A woman finds the diary of her Jewish grandfather who had been sentenced to the Gulag, betrayed by friends and family. The story of her own complicated life (an unhappy marriage, a life-time love affair with a married man, and a drug-addicted son) is mixed with stories from her grandfather’s even more complicated life.
Jacob’s Ladder is translated by Polly Gannon who already worked with another of Ulitskaya's great books, The Big Green Tent, which is about the Soviet 1960s, samizdat and arrests of the intelligentsia.
It wouldn’t be an exaggeration to say that Ulitskaya is one of Russia’s greatest living authors (and one of the few nominated for the Man Booker International Prize). She announced that Jacob’s Ladder is her very last novel, and she won’t write any other major prose works.
Solovyov is a student doing historical research about a White Army officer during the Russian Civil War - General Larionov. Solovyov sets off to Crimea to attend a conference devoted to the life of Larionov, and in a strange but interesting way their destinies become intertwined.
Vodolazkin is one of the most interesting contemporary writers and a prize-winning author ofLaurus, a story about a medieval Russian saint, as well as Aviator - a novel about a man who was experimentally frozen in the Solovki Gulag camp, and then unfrozen and returned to life in the 21st century. All of these books, including Solovyov and Larionov, are translated by Lisa Hayden, author of a blog about Russian literature, Lizok’s bookshelf, (she won a translation prize for Laurus).
This autobiographical story is about the horrors of World War II and one of its bloodiest episodes - the Battle of Stalingrad. As a correspondent of the Soviet newspaper, Krasnaya Zvezda (Red Star), Grossman was on the frontline during the entire war, and fearlessly covered the street fighting in Stalingrad. His most famous work is Life and Fate, which made him one of the most famous war writers ever, while Stalingrad has been called its prequel.
The book is translated by Elizabeth and Robert Chandler, who also worked on Grossman’s Life and Fate, as well as for one of the most challenging Russian authors - Andrei Platonov.
This is a story about a paralyzed man and two women: his wife and stepdaughter who hide from him the fact that the Soviet Union collapsed. It’s the 1990s but they don’t want to subject him to stress, and so they read Pravda’s ‘editing’ of the true facts and even show him fake newscasts. Through the post-Soviet chaos and allusions to Soviet life, the author, Olga Slavnikova, researches metaphysical questions, and as the book’s subtitle says, this is “The Tale of an Authentic Human Being”.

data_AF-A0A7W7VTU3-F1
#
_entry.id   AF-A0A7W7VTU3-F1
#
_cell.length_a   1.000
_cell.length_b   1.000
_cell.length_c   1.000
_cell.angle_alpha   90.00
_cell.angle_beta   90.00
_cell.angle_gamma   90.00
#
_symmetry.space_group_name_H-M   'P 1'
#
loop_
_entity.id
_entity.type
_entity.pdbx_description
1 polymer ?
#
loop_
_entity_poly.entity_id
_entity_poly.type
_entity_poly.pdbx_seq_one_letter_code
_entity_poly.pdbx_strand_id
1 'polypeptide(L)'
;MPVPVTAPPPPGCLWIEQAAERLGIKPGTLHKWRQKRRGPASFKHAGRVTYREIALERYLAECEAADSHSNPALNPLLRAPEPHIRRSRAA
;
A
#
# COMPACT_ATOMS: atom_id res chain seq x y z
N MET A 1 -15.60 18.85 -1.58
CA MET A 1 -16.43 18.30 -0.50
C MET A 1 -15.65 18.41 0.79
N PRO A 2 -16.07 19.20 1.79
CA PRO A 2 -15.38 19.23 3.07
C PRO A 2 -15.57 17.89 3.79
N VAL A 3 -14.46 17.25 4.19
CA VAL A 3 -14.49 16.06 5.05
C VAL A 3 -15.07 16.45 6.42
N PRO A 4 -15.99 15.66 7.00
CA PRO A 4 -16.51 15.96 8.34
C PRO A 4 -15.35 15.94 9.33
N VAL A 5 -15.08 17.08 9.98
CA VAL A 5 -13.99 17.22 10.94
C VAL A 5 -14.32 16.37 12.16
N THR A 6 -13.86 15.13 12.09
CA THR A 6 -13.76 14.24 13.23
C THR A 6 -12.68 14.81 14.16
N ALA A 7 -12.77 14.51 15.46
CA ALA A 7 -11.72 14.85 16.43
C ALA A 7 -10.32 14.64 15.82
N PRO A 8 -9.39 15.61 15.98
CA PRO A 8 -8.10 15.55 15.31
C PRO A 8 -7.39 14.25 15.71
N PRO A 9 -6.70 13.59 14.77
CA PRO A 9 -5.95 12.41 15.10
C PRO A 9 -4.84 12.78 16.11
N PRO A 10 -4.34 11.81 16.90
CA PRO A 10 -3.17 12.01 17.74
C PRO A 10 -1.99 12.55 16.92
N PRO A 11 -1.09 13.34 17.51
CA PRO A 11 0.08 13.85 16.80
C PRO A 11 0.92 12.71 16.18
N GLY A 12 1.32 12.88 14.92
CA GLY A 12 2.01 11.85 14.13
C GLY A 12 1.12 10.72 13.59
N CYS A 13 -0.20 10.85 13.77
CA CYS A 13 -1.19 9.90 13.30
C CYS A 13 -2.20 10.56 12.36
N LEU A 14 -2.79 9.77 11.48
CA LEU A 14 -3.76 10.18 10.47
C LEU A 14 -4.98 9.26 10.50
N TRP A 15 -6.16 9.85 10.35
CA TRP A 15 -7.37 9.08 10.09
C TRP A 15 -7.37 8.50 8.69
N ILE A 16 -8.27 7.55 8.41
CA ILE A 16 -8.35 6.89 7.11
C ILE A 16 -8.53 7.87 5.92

The Man Who Couldn’t Die was written in 2001, but only now has it appeared in English, translated by award-winning Marian Schwartz, who also was able to bring Anna Karenina anew into English in 2015, as well as numerous other classic and contemporary Russian books.
Olga Slavnikova is also the author of the dystopian novel called 2017.
Tourists visit the White Sea and the Russian Republic of Karelia for hiking, kayaking and fishing, and they discover this mysterious land with breathtaking though harsh natural beauty, hoping to know it better. As a result, they have a desire to know their own roots.
Born in Karelia, Dmitry Novikov has introduced and revealed the region’s enigmatic nature to the mass audience. He describes the majesty of northern landscapes with their giant fir trees, rocks, boulders and fast rivers.
He also depicts medieval churches, abandoned ships and the cold, inhospitable White Sea.
As the author says, A Flame Out at Sea is about Russian life and is based on materials of 'past, present and a little of the future'. That's why the varied chapters jump across different eras: 1943, 1975, 2003 and more.
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